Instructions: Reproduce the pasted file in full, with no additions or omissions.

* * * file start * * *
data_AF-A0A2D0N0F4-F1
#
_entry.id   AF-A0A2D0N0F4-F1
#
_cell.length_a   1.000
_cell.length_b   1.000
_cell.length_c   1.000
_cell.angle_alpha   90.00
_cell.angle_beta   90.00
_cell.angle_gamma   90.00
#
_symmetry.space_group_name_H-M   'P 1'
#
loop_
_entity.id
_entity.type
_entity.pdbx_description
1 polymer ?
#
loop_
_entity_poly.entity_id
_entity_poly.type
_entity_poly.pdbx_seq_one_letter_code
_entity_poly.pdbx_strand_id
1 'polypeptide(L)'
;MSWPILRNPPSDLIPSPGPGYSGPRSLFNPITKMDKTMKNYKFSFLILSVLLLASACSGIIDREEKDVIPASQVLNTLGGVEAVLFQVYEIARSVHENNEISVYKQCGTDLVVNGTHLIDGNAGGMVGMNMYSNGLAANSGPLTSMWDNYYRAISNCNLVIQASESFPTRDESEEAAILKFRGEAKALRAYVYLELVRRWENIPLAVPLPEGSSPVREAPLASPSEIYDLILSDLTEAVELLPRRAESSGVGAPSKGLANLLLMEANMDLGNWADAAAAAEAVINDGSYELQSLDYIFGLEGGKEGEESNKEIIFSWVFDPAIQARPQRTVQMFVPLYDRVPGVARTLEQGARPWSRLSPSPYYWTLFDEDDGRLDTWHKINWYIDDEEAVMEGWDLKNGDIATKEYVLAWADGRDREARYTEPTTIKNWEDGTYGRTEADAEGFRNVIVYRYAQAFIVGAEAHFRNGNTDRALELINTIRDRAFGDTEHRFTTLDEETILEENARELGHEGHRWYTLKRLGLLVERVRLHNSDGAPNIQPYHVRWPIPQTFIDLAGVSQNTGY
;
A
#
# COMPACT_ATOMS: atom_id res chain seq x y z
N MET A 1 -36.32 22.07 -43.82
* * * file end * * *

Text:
data_AF-A0A2D0N0F4-F1
#
_entry.id   AF-A0A2D0N0F4-F1
#
_cell.length_a   1.000
_cell.length_b   1.000
_cell.length_c   1.000
_cell.angle_alpha   90.00
_cell.angle_beta   90.00
_cell.angle_gamma   90.00
#
_symmetry.space_group_name_H-M   'P 1'
#
loop_
_entity.id
_entity.type
_entity.pdbx_description
1 polymer ?
#
loop_
_entity_poly.entity_id
_entity_poly.type
_entity_poly.pdbx_seq_one_letter_code
_entity_poly.pdbx_strand_id
1 'polypeptide(L)'
;MSWPILRNPPSDLIPSPGPGYSGPRSLFNPITKMDKTMKNYKFSFLILSVLLLASACSGIIDREEKDVIPASQVLNTLGGVEAVLFQVYEIARSVHENNEISVYKQCGTDLVVNGTHLIDGNAGGMVGMNMYSNGLAANSGPLTSMWDNYYRAISNCNLVIQASESFPTRDESEEAAILKFRGEAKALRAYVYLELVRRWENIPLAVPLPEGSSPVREAPLASPSEIYDLILSDLTEAVELLPRRAESSGVGAPSKGLANLLLMEANMDLGNWADAAAAAEAVINDGSYELQSLDYIFGLEGGKEGEESNKEIIFSWVFDPAIQARPQRTVQMFVPLYDRVPGVARTLEQGARPWSRLSPSPYYWTLFDEDDGRLDTWHKINWYIDDEEAVMEGWDLKNGDIATKEYVLAWADGRDREARYTEPTTIKNWEDGTYGRTEADAEGFRNVIVYRYAQAFIVGAEAHFRNGNTDRALELINTIRDRAFGDTEHRFTTLDEETILEENARELGHEGHRWYTLKRLGLLVERVRLHNSDGAPNIQPYHVRWPIPQTFIDLAGVSQNTGY
;
A
#
# COMPACT_ATOMS: atom_id res chain seq x y z
N MET A 1 -36.32 22.07 -43.82